World record: The “fattest” passport
fattest passport world record A total of over 1,400 passport pages during a life of travel
The passport is possibly the pinnacle of travel memorabilia in the era of electronic boarding cards and digital images. It is a gateway to new destinations and a log of previous travels. Given the significance of the small blue book for ardent travelers, it may appear that the owner of the possibly largest passport of them all—which formerly measured 331 pages and dwarfed the claimed world’s largest—would believe that January 1, 2016, marked the end of an era.
The Department of State’s decision to limit additional visa pages made the date melancholy for many passport holders, who were obliged to stop adding new pages to their travel documents. Prior to January 1, American individuals could add additional visa pages to their passports, but from that date, new passports could only have 28 or 52 pages. It is believed that concerns about visa fraud led to the restriction, which the Department of State claims “was implemented to enhance the security of the passport and to abide by international passport standards.” fattest passport world record
Eric Oborski, who may be the owner of the largest passport in history, didn’t observe January 1 as a day of grief. His passport, which as of right now has “only” 192 pages and roughly 100 more than the next-largest passport rival, has become an important historical artifact.
Oborski says with a hint of nostalgic pride, “When it happened, I understood this now has historical significance because I doubt anyone else has the passport like I do, which will never happen again.” He claims that, as of right now, his passport “can never be replicated or repeated, no matter what anybody wants to do.”
How does a person accumulate more than 1,400 pages in their passport throughout their lifetime, especially considering that the previous limit was only 100? The solution is hidden in a gap that only world-traveling businessman Oborski could take advantage of. fattest passport world record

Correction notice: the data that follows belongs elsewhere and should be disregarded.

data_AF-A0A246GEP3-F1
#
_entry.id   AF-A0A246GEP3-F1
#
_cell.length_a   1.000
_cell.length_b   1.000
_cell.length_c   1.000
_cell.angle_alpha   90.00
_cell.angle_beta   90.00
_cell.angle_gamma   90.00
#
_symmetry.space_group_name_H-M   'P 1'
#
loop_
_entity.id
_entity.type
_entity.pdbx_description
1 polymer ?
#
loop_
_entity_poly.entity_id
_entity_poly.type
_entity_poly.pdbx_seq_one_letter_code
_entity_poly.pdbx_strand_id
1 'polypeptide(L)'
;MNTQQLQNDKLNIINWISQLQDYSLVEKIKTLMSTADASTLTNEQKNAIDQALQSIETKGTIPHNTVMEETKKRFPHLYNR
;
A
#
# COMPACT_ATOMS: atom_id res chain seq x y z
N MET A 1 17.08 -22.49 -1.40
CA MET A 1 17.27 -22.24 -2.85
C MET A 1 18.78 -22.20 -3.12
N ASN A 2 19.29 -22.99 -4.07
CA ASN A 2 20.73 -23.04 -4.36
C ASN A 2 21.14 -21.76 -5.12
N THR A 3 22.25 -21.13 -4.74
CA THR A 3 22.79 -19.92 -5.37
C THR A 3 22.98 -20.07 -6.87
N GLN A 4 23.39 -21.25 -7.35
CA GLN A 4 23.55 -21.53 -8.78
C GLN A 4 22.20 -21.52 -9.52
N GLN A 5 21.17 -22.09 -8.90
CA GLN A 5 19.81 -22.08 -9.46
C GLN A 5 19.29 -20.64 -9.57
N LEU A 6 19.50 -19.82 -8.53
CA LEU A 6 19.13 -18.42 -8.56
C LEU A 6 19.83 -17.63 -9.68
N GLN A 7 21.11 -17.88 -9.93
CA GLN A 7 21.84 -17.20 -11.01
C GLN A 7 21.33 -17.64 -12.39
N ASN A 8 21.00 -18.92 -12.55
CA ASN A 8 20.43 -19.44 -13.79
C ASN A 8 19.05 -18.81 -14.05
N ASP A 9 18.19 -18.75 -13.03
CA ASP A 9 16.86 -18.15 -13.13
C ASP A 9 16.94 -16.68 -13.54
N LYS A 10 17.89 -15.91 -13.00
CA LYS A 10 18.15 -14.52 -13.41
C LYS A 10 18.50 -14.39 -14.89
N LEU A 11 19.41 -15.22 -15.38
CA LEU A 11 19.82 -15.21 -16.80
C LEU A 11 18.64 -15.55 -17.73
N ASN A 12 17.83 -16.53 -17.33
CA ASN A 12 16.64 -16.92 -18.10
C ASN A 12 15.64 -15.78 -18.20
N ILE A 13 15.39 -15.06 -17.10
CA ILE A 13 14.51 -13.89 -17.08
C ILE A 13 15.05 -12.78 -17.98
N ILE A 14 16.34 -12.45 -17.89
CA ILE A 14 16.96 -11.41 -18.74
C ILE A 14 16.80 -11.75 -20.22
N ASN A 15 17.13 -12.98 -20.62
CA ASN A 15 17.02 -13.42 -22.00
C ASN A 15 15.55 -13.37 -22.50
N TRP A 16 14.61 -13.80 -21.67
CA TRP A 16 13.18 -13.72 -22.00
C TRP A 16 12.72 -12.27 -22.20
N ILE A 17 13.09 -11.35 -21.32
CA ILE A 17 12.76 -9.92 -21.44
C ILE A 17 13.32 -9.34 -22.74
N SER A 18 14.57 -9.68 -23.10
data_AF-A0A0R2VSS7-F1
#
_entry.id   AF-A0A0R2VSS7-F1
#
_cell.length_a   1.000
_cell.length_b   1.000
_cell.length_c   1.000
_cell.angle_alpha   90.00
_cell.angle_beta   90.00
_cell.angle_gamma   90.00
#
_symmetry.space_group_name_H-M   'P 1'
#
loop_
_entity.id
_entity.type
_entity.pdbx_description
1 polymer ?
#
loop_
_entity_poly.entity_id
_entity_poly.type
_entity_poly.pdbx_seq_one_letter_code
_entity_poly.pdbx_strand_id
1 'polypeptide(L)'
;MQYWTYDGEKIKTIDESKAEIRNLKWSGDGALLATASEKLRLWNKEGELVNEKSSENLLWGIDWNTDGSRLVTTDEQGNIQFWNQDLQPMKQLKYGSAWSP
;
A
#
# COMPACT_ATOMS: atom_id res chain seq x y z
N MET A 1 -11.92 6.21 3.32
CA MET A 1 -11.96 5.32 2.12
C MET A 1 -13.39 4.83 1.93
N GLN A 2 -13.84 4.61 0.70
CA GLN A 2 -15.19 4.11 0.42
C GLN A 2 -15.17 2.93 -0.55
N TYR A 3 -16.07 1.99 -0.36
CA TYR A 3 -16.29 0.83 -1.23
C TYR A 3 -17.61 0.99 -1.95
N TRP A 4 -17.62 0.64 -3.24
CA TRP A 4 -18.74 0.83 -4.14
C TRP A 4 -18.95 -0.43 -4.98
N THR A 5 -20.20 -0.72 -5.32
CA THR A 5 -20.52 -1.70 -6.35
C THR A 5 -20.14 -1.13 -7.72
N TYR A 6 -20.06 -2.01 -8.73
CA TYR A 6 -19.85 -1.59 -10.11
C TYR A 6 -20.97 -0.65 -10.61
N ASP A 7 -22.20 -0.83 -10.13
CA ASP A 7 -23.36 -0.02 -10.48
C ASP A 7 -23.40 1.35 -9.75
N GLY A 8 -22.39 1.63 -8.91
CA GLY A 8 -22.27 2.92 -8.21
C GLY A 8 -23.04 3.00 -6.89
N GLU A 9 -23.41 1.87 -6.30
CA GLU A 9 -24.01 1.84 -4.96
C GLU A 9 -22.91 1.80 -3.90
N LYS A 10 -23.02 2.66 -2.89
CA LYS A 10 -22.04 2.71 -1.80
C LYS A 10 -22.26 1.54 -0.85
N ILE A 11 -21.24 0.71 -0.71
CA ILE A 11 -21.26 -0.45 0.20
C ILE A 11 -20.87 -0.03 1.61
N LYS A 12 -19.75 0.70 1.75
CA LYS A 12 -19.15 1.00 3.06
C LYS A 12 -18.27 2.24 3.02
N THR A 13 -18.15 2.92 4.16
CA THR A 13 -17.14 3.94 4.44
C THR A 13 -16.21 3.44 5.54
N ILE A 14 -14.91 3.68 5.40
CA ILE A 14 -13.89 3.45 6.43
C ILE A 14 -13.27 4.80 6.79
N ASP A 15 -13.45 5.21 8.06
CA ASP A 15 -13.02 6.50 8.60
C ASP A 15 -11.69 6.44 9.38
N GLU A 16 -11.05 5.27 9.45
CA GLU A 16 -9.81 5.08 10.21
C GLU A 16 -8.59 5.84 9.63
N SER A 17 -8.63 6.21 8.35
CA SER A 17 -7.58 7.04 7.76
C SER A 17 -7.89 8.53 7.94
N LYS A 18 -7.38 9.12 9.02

Following his high school graduation in 1965, Oborski initially developed a love for travel while on a trip to Japan. He never stopped traveling on the way back, passing through the Philippines, Hong Kong, Russia, Poland, and Europe. Oborski, passionate about exploring the world, acquired a job translating before setting up shop as a travel agent, organizing tours to Asia. Then Japan Airlines offered endless free flights, bringing a completely different viewpoint on travel.
Some others might object to going across town for supper, but Oborski’s viewpoint was altered by the gift of endless free jet travel. He remembers, “I would travel to Tokyo, have supper, and then return.” “I used to fly to Hong Kong, and practically everyone gave me free rooms and flights because I had such a fine job. I used to get up in the morning and decide to go to Japan since I had free tickets. fattest passport world record
The amount of worldwide travel that Oborski undertook seriously taxed his passport. The problem is that at the time, Americans could add more pages to their passports by taking them to American embassies. Oborski frequently visited the embassies in Bangkok and Tokyo, where he came to know the staff. Without asking, they started adding pages to his passport. According to Oborski, the US policy stating that each passport could only carry three additional sets of pages was only a policy and not a requirement. Soon, new pages of his passport were overflowing with visas and stamps.